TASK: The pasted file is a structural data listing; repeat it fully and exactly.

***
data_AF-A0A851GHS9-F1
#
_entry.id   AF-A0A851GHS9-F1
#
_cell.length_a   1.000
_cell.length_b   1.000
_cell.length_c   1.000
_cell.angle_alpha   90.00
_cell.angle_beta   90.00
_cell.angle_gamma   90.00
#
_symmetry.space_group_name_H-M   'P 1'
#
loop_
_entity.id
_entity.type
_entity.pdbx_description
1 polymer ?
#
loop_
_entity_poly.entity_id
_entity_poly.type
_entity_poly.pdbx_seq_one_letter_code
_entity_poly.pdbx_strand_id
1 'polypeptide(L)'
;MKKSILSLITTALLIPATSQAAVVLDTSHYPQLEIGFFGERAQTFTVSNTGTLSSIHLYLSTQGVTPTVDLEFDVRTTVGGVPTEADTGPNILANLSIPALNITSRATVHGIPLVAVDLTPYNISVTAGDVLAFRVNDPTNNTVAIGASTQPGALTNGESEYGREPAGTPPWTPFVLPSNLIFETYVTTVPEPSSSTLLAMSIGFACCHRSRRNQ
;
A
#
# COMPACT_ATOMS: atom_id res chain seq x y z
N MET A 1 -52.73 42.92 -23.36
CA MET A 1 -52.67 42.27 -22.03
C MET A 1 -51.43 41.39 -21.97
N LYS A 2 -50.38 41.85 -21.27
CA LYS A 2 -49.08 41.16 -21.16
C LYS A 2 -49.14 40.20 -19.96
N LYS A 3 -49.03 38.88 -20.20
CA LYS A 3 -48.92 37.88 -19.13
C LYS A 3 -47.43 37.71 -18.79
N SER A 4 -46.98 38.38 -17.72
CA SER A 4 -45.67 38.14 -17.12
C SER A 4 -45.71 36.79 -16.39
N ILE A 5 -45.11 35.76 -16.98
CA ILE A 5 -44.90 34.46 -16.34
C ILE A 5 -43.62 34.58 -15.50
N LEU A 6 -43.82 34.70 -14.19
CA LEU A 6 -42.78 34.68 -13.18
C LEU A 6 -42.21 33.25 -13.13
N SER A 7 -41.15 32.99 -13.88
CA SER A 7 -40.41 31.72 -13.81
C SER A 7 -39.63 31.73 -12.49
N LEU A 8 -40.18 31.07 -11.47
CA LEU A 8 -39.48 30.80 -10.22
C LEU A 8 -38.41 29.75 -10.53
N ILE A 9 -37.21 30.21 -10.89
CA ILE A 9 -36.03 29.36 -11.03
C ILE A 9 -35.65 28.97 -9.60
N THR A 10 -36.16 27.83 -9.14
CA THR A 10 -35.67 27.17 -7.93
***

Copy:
data_AF-A0A851GHS9-F1
#
_entry.id   AF-A0A851GHS9-F1
#
_cell.length_a   1.000
_cell.length_b   1.000
_cell.length_c   1.000
_cell.angle_alpha   90.00
_cell.angle_beta   90.00
_cell.angle_gamma   90.00
#
_symmetry.space_group_name_H-M   'P 1'
#
loop_
_entity.id
_entity.type
_entity.pdbx_description
1 polymer ?
#
loop_
_entity_poly.entity_id
_entity_poly.type
_entity_poly.pdbx_seq_one_letter_code
_entity_poly.pdbx_strand_id
1 'polypeptide(L)'
;MKKSILSLITTALLIPATSQAAVVLDTSHYPQLEIGFFGERAQTFTVSNTGTLSSIHLYLSTQGVTPTVDLEFDVRTTVGGVPTEADTGPNILANLSIPALNITSRATVHGIPLVAVDLTPYNISVTAGDVLAFRVNDPTNNTVAIGASTQPGALTNGESEYGREPAGTPPWTPFVLPSNLIFETYVTTVPEPSSSTLLAMSIGFACCHRSRRNQ
;
A
#
# COMPACT_ATOMS: atom_id res chain seq x y z
N MET A 1 -52.73 42.92 -23.36
CA MET A 1 -52.67 42.27 -22.03
C MET A 1 -51.43 41.39 -21.97
N LYS A 2 -50.38 41.85 -21.27
CA LYS A 2 -49.08 41.16 -21.16
C LYS A 2 -49.14 40.20 -19.96
N LYS A 3 -49.03 38.88 -20.20
CA LYS A 3 -48.92 37.88 -19.13
C LYS A 3 -47.43 37.71 -18.79
N SER A 4 -46.98 38.38 -17.72
CA SER A 4 -45.67 38.14 -17.12
C SER A 4 -45.71 36.79 -16.39
N ILE A 5 -45.11 35.76 -16.98
CA ILE A 5 -44.90 34.46 -16.34
C ILE A 5 -43.62 34.58 -15.50
N LEU A 6 -43.82 34.70 -14.19
CA LEU A 6 -42.78 34.68 -13.18
C LEU A 6 -42.21 33.25 -13.13
N SER A 7 -41.15 32.99 -13.88
CA SER A 7 -40.41 31.72 -13.81
C SER A 7 -39.63 31.73 -12.49
N LEU A 8 -40.18 31.07 -11.47
CA LEU A 8 -39.48 30.80 -10.22
C LEU A 8 -38.41 29.75 -10.53
N ILE A 9 -37.21 30.21 -10.89
CA ILE A 9 -36.03 29.36 -11.03
C ILE A 9 -35.65 28.97 -9.60
N THR A 10 -36.16 27.83 -9.14
CA THR A 10 -35.67 27.17 -7.93